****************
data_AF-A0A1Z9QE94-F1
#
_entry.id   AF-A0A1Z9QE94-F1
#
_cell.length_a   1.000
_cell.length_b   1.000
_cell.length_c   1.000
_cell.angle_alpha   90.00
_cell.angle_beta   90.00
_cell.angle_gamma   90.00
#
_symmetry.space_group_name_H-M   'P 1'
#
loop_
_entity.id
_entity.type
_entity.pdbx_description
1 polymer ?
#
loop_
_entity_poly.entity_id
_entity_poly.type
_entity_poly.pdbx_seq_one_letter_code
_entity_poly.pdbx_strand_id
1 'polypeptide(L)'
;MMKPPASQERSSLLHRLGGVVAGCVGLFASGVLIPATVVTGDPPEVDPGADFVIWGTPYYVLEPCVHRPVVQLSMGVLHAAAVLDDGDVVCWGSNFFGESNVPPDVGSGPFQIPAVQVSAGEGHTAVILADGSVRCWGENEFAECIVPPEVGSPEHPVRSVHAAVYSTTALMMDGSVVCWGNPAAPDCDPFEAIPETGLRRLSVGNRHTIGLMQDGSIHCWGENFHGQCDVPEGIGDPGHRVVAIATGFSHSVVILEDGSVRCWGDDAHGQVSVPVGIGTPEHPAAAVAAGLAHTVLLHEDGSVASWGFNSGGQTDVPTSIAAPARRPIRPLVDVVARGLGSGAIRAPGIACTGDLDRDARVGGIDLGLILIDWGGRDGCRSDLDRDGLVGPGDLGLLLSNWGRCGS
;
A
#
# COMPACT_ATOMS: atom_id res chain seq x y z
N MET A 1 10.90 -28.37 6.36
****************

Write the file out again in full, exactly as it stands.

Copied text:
data_AF-A0A1Z9QE94-F1
#
_entry.id   AF-A0A1Z9QE94-F1
#
_cell.length_a   1.000
_cell.length_b   1.000
_cell.length_c   1.000
_cell.angle_alpha   90.00
_cell.angle_beta   90.00
_cell.angle_gamma   90.00
#
_symmetry.space_group_name_H-M   'P 1'
#
loop_
_entity.id
_entity.type
_entity.pdbx_description
1 polymer ?
#
loop_
_entity_poly.entity_id
_entity_poly.type
_entity_poly.pdbx_seq_one_letter_code
_entity_poly.pdbx_strand_id
1 'polypeptide(L)'
;MMKPPASQERSSLLHRLGGVVAGCVGLFASGVLIPATVVTGDPPEVDPGADFVIWGTPYYVLEPCVHRPVVQLSMGVLHAAAVLDDGDVVCWGSNFFGESNVPPDVGSGPFQIPAVQVSAGEGHTAVILADGSVRCWGENEFAECIVPPEVGSPEHPVRSVHAAVYSTTALMMDGSVVCWGNPAAPDCDPFEAIPETGLRRLSVGNRHTIGLMQDGSIHCWGENFHGQCDVPEGIGDPGHRVVAIATGFSHSVVILEDGSVRCWGDDAHGQVSVPVGIGTPEHPAAAVAAGLAHTVLLHEDGSVASWGFNSGGQTDVPTSIAAPARRPIRPLVDVVARGLGSGAIRAPGIACTGDLDRDARVGGIDLGLILIDWGGRDGCRSDLDRDGLVGPGDLGLLLSNWGRCGS
;
A
#
# COMPACT_ATOMS: atom_id res chain seq x y z
N MET A 1 10.90 -28.37 6.36